Boswell, S., and CudmoreL. (2014) ‘The children were fine’: acknowledging complex feelings in the move from foster care into adoption.’ Adoption and Fostering. Vol 38(1) 5-21.


Brenda McLackland Consultant Clinical Psychologist

Simply Fostering Cathy Mayes

Cathy Mayes Independent Trainer/Facilitator

Why I Never Turn Down a Chance to Learn

Continued professional development, training and learning: It’s all in the word. “Continued” suggests that you will carry on doing it; just as training suggests that you will be taught it, learning and development suggests that you will take it away and develop it.  And it really is a career-long process.

In my experience the word ‘training’ seems to turn some foster carers away from learning opportunities; and not just foster carers, I have heard similar excuses from social care staff. I have heard every excuse available;over twenty years’ experience and therefore do not need training. Others tell me that they have brought up their own children and so they know what they are doing, ‘there is too much to do; I don’t have time to attend training’.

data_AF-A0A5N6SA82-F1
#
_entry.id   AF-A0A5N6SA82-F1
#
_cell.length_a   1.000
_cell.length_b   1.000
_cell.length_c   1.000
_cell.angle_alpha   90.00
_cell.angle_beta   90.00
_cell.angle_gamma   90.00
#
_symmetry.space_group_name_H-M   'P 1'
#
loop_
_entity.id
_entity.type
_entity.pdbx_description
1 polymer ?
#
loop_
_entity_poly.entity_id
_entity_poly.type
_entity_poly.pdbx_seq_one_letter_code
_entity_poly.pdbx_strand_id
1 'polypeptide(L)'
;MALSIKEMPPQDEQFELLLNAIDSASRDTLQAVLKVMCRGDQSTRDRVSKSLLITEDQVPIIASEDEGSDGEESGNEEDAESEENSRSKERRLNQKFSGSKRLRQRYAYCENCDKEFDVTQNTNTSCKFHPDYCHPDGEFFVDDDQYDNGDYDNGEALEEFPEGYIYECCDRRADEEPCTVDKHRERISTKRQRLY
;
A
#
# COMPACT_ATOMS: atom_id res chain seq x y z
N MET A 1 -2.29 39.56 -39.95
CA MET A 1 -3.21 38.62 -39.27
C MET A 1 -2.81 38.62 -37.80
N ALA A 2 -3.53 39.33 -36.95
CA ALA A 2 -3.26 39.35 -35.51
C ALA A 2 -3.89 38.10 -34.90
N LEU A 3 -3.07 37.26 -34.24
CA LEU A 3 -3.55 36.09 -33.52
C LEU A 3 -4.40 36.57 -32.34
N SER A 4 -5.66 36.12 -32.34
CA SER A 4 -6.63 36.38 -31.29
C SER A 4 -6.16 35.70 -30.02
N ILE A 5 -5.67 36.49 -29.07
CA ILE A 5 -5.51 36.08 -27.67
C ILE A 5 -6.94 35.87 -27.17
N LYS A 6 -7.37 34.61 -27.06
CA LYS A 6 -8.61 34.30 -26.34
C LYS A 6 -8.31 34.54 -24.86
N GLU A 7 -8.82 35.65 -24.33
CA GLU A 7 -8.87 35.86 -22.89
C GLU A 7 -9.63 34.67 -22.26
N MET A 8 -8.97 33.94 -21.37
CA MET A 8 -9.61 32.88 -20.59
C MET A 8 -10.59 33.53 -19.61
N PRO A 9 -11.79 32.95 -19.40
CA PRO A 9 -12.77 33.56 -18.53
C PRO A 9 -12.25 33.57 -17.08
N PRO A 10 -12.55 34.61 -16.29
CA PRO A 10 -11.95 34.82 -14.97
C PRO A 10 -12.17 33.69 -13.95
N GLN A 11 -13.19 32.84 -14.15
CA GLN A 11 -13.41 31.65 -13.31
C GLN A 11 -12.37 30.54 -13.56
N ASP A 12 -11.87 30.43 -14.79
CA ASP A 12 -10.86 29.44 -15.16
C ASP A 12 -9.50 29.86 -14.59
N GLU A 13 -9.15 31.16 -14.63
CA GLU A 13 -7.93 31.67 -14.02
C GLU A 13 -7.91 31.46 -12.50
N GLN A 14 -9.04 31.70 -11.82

So is there some deep-rooted human fear that lies behind this negative attitude to taking the risk to improve what we do and how we do it? Are we scared of admitting that we don’t know it all? Well if we are professional we certainly shouldn’t be. Being aware of our own shortcomings is a valuable first step on the path to helping others to face up to, and cope with, theirs.